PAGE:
Monday, July 17, 2006

The Death Of Consensus

Posted by codemorse

From Media Matters:


On the July 11 edition of Fox News' The O'Reilly Factor, host Bill O'Reilly and conservative radio host Laura Ingraham baselessly attacked the The New York Times for publishing a photo of Defense Secretary Donald Rumsfeld's vacation home. In fact, as American Prospect's Greg Sargent noted on July 3, Rumsfeld's public affairs director confirmed that he granted the Times permission to run the photo, the Secret Service confirmed that the photo "is not a threat" to Rumsfeld's security, and numerous media -- including Fox News -- had previously reported the location of Rumsfeld's residence. Further, a January 2 Washington Post article -- headlined "Right on the Water, The Only Retreat for Cheney and Rumsfeld: St. Michaels" -- published a nearly identical photograph of Rumsfeld's vacation home on the front page of the paper's Style section....

Moreover, media outlets have previously reported that Rumsfeld and Cheney have homes in St. Michaels. First
noted by blogger Glenn Greenwald, "news outlets such as NewsMax and Fox and others had previously disclosed this same information months earlier," and "this information is commonly reported about government leaders in both parties." As noted above, The Washington Post previously published a photograph of the exterior of Rumsfeld's house for a January 2 article similarly noting that both Cheney and Rumsfeld have homes in St. Michaels. The Post's photograph of Rumsfeld's residence appears nearly identical to the photograph published by the Times.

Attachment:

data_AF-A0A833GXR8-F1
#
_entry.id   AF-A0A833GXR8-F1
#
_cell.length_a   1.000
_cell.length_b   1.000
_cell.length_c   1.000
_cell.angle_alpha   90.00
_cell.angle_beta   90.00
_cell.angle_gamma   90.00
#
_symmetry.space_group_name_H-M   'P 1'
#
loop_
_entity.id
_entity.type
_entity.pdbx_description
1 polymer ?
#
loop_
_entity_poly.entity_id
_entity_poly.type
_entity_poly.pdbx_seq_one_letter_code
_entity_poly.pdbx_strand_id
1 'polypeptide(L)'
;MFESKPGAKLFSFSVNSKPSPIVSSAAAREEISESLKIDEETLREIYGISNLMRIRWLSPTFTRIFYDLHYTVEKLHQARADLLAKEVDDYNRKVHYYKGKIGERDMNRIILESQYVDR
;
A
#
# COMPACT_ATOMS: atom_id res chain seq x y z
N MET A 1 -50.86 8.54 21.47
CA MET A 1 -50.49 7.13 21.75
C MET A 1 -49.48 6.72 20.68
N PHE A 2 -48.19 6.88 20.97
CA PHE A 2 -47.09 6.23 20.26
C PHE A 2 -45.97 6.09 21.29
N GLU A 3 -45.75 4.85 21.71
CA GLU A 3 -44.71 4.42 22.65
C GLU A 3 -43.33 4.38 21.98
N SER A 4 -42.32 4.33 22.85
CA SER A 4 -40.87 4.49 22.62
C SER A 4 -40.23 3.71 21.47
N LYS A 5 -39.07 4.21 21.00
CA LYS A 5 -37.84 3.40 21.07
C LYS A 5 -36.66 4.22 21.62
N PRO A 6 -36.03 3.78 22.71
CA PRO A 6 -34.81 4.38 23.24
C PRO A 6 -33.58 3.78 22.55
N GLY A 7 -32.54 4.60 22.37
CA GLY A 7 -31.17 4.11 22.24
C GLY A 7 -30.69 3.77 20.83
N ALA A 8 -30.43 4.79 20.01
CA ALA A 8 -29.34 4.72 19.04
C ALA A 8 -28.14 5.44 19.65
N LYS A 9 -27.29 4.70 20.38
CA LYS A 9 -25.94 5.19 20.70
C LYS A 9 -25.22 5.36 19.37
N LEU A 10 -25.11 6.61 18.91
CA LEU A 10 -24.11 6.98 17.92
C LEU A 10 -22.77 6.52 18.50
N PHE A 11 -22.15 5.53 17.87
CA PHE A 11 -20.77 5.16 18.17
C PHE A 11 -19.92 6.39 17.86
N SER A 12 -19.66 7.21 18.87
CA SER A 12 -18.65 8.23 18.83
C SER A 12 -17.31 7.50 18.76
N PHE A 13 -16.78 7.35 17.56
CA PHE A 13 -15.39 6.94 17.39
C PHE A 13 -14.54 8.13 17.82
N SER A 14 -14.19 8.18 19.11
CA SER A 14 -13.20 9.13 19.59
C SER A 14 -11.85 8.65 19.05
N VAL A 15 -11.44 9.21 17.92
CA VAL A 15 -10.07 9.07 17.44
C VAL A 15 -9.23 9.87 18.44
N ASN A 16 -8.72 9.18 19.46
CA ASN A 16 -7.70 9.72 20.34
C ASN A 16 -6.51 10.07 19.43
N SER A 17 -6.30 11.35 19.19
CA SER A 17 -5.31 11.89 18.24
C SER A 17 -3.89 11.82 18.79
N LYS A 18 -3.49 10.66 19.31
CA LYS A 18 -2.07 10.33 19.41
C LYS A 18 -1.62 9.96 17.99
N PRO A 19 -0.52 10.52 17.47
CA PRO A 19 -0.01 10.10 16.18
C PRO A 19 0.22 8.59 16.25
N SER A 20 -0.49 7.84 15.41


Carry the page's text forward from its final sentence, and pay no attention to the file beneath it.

Do you mean to tell me that Bill O'Reilly and Laura Ingraham were being disingenuous?

Oh, my stars and garters! Say it ain't so, Joe!

The big story here is the attempted slander of any media outlet that threatens to speak to both parties. The NY Times famously supported the war in Iraq, but they aren't a publicity outlet for the Republican party, so subsequent critical stories have resulted in a full-scale assault on the integrity of one of America's remaining journalistic institutions.

Is the Times always "right" (not "Right")? Of course not. They screw up (see: Supporting the Iraq war) and they're subject to the same scandal and impropriety as any other corporation or big business. But that doesn't mean that they've become useless, as Michelle Malkin, O'Reilly, The Nameless One, and many many maaaaaaany other conservative pundits would have you believe.

You can call it paranoid thinking if you want, but I tend to see this sort of baseless and hypocritical behavior as symptomatic of a larger, consciously-motivated goal: to eliminate the credibility of news outlets that are not beholden to your side of the story. Why suffer the fourth estate when modern technology enables you to create an echo-chamber of people who already agree with your opinions and have no desire for "fact," preferring instead the warmly numbing false comfort of empty rhetoric? Before anyone starts yelling about how the dems are guilty of the same thing - let me go ahead and preemptively agree with you.

Bill O'Reilly feels free to attack the Times in this sort of manner because he knows that most of his viewers a) probably don't read the Times, and b) are already inclined to believe him over the "factanistas."

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